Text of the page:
Guess what? Smart people watch TV. So do physically fit and healthy people. So do cultured, multilinguists. They play video games. They eat McDonald's. They relax every now and then with a bottle of Budweiser or a vodka tonic, despite the fact that it isn't something hip, healthy, or holistic (this was supposed to tie in with Robert DeNiro enjoying his chicken yesterday). Going back to Anthony Bourdain, one of key celebrities of this culture, he completely gets off on bucking the foodie trend despite the fact that he is worshipped by this same sect. Have you ever watched his show (to those of you with TVs)? He loves shooting vodka, eating fried dough, and drinking cheap, cold beer until 3 AM, breaking every rule that serious wine and food people hold dearly. True, he also enjoys fine Burgundy and haute cuisine, but there's always a balance. It's OK to like vodka. It's OK to drink Jack Daniels. It's OK to go against what foodie culture says you're supposed to do. That's what makes Bourdain so enjoyable. Every religion has their own set of rules about what you can and can't do and the food and wine scripture is really no different. It's a form of living in denial that seems utterly ridiculous. Why not just eat and drink whatever you feel like, whenever you feel like it? Bourdain isn't doing it to be ironic, either.  The flipside of this is obviously the ironic backlash - the contingent that does what isn't cool just because it's the opposite of what people expect. To me, that's just as bad. You're drinking PBR because it's the opposite of a glass of Bordeaux, but do you really like PBR? Are you drinking Pabst because it tastes good to you or are you still trying to pad your ironic public perception?

The whole reason I even sat down to write this piece was because my boss asked me about David Foster Wallace the other day. I guess there was a segment on NPR about his biographer and he wanted to know if I had read Infinite Jest. I told him that reading that book was what ultimately taught me the important lesson about doing what I want in life, rather than slugging my way through something I hate just to impress other people. I've been there. I grew up around these people and they made me feel guilty about my own behavior. I followed the rules, got my master's degree in German literature, and fell right into the wine world with the same sense of idealism. What I found, however, is that the pedantry made my life less fun. I wish I liked Infinite Jest, that way it would have been a more enjoyable use of my time. There are some parts that literally made me laugh out loud, but overall I felt it was too long and too full of itself.  In my opinion, Wallace wrote that book for the same reason I wanted to read it - it's an impressive accomplishment.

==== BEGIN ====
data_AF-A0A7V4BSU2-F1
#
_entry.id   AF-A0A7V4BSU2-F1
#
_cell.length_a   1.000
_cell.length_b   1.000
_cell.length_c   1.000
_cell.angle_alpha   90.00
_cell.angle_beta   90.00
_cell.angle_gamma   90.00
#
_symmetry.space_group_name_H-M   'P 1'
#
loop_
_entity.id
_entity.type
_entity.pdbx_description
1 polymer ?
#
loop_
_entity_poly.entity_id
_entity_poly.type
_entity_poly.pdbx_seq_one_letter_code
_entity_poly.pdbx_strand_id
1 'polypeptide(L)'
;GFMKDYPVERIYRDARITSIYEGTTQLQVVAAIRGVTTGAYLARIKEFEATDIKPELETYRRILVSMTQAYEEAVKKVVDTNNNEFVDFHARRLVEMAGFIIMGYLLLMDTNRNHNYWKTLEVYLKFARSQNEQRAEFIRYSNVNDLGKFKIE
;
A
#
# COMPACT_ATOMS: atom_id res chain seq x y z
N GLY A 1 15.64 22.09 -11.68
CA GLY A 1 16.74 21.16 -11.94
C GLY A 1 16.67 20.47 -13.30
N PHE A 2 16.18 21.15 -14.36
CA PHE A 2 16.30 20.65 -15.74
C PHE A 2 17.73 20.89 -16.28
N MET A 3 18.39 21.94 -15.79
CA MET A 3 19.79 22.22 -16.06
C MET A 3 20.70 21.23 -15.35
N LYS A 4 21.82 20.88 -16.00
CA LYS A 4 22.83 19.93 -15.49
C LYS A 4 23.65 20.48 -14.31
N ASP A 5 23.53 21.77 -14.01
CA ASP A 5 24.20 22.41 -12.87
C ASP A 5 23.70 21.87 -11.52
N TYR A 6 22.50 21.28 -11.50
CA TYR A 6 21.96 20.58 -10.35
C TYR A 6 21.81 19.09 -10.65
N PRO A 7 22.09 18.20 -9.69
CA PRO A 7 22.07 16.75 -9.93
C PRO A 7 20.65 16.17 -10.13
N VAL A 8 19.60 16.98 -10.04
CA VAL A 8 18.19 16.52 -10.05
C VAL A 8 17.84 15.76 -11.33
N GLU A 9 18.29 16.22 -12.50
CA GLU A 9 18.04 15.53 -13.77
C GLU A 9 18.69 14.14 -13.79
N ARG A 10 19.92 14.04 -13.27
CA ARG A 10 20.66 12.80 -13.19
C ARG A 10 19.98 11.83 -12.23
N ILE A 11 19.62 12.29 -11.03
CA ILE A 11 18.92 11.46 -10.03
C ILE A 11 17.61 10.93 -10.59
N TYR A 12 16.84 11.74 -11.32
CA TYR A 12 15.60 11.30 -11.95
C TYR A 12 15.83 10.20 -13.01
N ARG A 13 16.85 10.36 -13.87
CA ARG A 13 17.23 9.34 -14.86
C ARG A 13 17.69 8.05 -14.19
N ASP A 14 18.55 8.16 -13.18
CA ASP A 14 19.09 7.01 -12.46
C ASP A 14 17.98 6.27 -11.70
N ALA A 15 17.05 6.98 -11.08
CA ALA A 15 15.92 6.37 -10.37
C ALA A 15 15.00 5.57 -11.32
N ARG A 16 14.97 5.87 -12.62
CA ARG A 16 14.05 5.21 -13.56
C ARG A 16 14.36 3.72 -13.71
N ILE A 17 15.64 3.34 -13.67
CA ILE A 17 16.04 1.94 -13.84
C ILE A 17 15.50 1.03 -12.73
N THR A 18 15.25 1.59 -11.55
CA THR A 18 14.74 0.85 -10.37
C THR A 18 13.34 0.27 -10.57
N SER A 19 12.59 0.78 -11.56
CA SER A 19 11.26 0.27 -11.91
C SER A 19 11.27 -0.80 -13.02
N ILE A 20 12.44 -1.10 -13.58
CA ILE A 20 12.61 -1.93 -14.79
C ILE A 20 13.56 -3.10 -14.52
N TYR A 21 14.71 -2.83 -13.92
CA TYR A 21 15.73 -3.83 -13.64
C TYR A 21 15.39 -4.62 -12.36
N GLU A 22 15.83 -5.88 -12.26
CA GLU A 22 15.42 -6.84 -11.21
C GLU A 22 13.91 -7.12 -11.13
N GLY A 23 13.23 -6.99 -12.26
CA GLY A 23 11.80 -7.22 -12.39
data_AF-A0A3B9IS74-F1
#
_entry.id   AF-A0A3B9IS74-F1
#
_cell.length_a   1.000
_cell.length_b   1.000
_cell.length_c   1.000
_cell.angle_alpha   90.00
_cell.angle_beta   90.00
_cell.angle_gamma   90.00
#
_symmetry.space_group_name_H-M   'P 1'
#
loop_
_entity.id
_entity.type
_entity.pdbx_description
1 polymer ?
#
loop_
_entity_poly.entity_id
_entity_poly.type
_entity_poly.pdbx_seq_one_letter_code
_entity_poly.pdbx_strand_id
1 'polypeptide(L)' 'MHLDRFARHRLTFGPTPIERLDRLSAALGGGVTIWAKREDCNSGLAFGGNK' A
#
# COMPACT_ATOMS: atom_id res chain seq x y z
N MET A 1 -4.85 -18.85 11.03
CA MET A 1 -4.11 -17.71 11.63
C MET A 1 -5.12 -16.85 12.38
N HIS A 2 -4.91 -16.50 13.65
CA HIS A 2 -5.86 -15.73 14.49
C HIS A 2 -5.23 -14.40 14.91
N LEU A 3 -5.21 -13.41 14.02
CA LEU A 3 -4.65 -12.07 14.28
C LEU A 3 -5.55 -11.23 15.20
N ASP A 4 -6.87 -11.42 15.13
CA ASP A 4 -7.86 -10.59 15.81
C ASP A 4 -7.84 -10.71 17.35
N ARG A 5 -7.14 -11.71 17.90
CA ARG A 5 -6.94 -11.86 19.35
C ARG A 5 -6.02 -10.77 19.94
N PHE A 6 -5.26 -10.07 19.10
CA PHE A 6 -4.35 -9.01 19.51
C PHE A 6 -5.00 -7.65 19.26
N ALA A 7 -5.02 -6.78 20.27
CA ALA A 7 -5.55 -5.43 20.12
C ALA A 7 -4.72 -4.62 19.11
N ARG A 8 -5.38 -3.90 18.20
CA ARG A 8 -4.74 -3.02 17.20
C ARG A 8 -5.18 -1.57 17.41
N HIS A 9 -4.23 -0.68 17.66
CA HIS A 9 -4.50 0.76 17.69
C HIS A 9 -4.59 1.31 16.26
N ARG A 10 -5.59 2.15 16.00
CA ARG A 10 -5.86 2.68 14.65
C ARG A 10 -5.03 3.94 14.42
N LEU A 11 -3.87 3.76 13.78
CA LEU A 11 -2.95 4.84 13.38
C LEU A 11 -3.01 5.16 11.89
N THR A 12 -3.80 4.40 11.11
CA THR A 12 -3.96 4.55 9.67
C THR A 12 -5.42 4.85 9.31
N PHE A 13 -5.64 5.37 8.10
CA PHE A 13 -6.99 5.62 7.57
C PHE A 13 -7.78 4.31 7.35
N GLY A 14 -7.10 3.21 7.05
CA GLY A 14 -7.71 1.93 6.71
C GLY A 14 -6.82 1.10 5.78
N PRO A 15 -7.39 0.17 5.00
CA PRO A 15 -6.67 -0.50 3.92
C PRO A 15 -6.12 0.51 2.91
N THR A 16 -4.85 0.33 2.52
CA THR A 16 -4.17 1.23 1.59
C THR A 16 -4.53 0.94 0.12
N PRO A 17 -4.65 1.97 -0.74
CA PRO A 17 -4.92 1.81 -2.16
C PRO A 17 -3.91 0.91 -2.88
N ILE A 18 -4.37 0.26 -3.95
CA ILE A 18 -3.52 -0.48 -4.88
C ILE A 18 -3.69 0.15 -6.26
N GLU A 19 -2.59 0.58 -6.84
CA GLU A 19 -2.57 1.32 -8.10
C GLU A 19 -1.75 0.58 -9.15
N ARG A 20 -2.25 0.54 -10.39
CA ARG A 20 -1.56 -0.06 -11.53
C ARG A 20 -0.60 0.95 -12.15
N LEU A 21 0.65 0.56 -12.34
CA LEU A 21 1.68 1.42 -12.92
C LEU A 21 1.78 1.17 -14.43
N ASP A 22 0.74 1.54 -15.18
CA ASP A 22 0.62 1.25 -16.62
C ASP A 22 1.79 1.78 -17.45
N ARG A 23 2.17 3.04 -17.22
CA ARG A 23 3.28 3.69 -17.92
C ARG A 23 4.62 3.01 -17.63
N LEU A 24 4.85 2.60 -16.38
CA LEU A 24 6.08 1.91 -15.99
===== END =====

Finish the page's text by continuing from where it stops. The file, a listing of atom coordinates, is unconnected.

However, who really cares about these achievements? I did. I cared if I got the Pappy. I cared if I got the Stagg. I wanted other people to think I was smart. To think I was cultivated. To think I was interesting, different, unique, capable of greatness, better than the average person. I was the guy who always had the great bottle of wine, or the rare bottle of whisky. In my own eyes, these were the things that made me special.  However, they didn't bring me more enjoyment or pleasure. I had forgotten how to simply have a drink and talk about something basic and everyday. Conversation became a way to impress other people rather than connect with them.  It's a form of denial. We want to enjoy the things that other people enjoy, talk about how much we love them, but it turns out they're not really enjoying them either.  It's like pouring a glass of wine and waiting for someone else to say it's good before you add your own comment. No one wants to be first. No one wants to be the one who doesn't get it. Until you realize that no one really gets it because there is nothing to get. It's just a bunch of people sitting around drinking - nothing more.

I spent six months going through Infinite Jest, banging my head against the wall, dozing off, losing my concentration, thinking about other things I actually wanted to be doing. It was such a waste of time. I felt guilty for giving up. "I need to tough this out," I thought to myself. But why in the heck would I use my free time to do something that I wasn't enjoying? It's called denial. Denial that I didn't like something I was supposed to like. Denial that I wasn't cool enough. Denial that perhaps other people saw something I didn't. Denial that maybe I wasn't smart enough to "get it." It's this same sort of denial that's going on inside the wine and spirits world and it's ruining all the fun. Drinking is not supposed to be work. It's not supposed to make you frustrated or feel like a novice. It's supposed to bring you enjoyment, just like reading a book or watching a movie.

Look at vodka. People in the whisky crowd won't touch vodka. Neither will the wine people. It's so uncool to drink vodka right now if you're part of the foodie crowd. Vodka is so dead among hipsters it doesn't even have a pulse. It's worse than Merlot after Sideways. However, I went out to a party with my wife the other night and danced until the early morning hours. Everyone was drinking vodka, opening bottles of Belvedere, doing shots, and having a blast. I hadn't had fun like that in years. There was no denial in this room.  Everyone was doing exactly what they wanted to be doing, drinking whatever they wanted. No rules, no food pairings, no snobbery, no condescension. Just fun.